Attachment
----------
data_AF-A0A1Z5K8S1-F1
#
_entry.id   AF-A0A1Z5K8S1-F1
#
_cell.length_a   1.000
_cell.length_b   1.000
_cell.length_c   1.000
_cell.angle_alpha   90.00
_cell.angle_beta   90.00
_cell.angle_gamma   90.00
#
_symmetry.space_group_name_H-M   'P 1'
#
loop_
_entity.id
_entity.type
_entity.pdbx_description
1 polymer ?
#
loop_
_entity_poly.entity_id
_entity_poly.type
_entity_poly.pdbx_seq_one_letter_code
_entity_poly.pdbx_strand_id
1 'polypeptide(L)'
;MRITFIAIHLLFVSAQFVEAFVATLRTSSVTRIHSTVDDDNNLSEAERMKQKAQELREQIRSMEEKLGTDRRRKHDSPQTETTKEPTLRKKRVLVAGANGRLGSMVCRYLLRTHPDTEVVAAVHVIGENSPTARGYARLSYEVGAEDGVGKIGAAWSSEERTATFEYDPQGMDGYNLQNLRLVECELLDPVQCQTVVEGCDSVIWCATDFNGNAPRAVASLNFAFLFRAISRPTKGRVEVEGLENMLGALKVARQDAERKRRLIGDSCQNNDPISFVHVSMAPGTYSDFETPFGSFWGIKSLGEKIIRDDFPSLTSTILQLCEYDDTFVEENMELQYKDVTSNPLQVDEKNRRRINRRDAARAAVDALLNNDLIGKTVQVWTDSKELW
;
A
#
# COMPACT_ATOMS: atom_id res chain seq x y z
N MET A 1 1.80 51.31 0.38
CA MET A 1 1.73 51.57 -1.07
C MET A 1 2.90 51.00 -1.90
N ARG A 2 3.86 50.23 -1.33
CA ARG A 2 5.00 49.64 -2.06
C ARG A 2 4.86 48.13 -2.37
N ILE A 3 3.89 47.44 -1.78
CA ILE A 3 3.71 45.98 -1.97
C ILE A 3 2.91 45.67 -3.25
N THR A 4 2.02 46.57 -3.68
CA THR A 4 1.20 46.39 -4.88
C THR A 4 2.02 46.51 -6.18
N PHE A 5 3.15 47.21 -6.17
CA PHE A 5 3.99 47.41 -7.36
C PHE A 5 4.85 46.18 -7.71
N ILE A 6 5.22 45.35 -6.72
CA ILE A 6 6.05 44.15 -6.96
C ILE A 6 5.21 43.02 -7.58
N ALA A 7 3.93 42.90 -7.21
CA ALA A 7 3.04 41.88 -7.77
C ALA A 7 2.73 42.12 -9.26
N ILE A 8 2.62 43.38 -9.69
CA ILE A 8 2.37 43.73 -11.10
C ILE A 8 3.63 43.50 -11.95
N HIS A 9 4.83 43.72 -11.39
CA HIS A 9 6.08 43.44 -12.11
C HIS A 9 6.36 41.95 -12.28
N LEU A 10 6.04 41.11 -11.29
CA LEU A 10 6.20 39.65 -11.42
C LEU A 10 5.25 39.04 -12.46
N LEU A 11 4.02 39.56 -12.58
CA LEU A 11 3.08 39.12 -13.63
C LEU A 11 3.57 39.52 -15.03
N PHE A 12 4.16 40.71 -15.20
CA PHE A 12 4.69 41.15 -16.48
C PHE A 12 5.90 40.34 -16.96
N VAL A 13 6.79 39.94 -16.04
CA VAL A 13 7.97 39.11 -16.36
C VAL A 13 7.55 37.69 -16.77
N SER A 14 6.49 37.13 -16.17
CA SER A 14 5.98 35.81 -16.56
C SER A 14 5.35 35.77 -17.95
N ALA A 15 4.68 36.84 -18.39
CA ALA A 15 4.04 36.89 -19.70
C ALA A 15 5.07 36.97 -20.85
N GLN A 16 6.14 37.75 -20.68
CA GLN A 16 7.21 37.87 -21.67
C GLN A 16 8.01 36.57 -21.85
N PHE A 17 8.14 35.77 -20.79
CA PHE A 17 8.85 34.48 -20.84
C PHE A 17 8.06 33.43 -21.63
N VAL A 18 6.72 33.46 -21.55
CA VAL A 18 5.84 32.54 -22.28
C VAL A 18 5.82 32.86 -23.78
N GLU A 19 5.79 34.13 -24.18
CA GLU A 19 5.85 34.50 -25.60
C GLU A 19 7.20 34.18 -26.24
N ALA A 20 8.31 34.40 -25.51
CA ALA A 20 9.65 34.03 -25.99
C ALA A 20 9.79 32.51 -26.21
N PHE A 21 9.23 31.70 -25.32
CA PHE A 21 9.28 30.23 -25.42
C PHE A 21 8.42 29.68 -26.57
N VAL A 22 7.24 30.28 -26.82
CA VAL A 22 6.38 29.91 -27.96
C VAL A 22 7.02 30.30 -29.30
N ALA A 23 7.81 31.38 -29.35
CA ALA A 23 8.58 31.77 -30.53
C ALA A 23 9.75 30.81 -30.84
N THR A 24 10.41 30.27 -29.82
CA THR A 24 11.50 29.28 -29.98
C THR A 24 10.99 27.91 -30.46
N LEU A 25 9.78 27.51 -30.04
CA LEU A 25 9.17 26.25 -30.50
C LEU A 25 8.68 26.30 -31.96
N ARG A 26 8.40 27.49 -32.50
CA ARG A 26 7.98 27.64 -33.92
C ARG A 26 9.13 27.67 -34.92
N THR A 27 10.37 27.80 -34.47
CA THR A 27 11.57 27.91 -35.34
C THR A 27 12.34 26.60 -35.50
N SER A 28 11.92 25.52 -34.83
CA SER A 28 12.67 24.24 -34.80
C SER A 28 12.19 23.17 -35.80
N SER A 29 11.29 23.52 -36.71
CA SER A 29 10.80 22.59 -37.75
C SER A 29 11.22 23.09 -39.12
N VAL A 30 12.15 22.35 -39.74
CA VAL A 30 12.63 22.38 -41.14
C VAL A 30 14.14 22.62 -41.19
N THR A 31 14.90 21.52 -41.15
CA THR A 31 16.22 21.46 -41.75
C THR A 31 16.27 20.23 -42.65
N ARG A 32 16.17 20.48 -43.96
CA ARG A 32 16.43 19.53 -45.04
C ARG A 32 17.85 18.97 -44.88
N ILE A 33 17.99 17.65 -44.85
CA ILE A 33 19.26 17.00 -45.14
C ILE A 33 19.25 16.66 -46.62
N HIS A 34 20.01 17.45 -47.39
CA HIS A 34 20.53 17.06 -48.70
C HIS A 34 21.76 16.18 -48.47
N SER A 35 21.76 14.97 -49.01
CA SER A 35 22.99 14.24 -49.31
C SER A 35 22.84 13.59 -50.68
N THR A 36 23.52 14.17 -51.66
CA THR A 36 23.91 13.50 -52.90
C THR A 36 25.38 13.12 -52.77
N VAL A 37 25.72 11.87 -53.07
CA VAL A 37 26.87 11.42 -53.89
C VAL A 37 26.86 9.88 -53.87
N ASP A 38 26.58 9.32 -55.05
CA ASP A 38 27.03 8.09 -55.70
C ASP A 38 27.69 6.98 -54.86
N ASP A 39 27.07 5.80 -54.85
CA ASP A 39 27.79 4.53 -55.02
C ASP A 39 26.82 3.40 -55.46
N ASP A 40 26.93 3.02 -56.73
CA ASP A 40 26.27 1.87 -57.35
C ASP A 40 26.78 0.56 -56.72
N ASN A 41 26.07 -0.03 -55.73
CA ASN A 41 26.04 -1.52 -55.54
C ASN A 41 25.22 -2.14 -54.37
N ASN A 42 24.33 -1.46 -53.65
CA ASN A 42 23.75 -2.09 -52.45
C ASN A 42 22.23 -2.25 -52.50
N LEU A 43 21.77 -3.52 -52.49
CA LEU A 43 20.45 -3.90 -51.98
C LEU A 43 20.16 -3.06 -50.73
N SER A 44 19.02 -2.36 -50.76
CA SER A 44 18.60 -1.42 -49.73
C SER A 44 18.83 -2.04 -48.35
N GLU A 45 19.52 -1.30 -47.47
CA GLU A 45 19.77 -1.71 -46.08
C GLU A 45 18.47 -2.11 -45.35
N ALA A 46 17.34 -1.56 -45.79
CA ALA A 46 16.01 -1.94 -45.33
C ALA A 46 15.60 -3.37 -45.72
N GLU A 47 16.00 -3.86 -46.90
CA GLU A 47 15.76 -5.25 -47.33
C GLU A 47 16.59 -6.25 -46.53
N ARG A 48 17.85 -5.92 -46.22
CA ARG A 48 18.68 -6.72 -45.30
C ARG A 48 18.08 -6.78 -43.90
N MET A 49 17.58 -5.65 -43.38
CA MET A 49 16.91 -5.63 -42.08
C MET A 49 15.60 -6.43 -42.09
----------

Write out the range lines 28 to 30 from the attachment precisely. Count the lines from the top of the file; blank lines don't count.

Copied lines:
A
#
# COMPACT_ATOMS: atom_id res chain seq x y z